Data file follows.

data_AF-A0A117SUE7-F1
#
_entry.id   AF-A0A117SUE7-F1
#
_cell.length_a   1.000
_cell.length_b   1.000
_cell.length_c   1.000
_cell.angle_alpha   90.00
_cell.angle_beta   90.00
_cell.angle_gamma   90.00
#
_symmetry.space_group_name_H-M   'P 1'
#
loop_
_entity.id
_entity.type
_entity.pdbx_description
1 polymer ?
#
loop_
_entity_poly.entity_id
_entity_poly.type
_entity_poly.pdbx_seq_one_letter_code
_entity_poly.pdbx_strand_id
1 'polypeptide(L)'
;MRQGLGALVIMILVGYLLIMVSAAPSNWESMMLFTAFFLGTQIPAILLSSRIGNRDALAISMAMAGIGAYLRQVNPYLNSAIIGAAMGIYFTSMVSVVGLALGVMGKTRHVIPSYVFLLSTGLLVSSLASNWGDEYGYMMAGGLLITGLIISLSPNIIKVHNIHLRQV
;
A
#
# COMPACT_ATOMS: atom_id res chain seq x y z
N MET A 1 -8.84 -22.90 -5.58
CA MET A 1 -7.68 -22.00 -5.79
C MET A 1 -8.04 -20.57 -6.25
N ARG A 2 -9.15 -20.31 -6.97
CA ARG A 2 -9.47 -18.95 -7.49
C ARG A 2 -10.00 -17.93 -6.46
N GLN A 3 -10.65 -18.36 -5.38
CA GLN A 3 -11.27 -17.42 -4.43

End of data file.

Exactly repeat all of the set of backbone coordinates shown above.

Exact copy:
data_AF-A0A117SUE7-F1
#
_entry.id   AF-A0A117SUE7-F1
#
_cell.length_a   1.000
_cell.length_b   1.000
_cell.length_c   1.000
_cell.angle_alpha   90.00
_cell.angle_beta   90.00
_cell.angle_gamma   90.00
#
_symmetry.space_group_name_H-M   'P 1'
#
loop_
_entity.id
_entity.type
_entity.pdbx_description
1 polymer ?
#
loop_
_entity_poly.entity_id
_entity_poly.type
_entity_poly.pdbx_seq_one_letter_code
_entity_poly.pdbx_strand_id
1 'polypeptide(L)'
;MRQGLGALVIMILVGYLLIMVSAAPSNWESMMLFTAFFLGTQIPAILLSSRIGNRDALAISMAMAGIGAYLRQVNPYLNSAIIGAAMGIYFTSMVSVVGLALGVMGKTRHVIPSYVFLLSTGLLVSSLASNWGDEYGYMMAGGLLITGLIISLSPNIIKVHNIHLRQV
;
A
#
# COMPACT_ATOMS: atom_id res chain seq x y z
N MET A 1 -8.84 -22.90 -5.58
CA MET A 1 -7.68 -22.00 -5.79
C MET A 1 -8.04 -20.57 -6.25
N ARG A 2 -9.15 -20.31 -6.97
CA ARG A 2 -9.47 -18.95 -7.49
C ARG A 2 -10.00 -17.93 -6.46
N GLN A 3 -10.65 -18.36 -5.38
CA GLN A 3 -11.27 -17.42 -4.43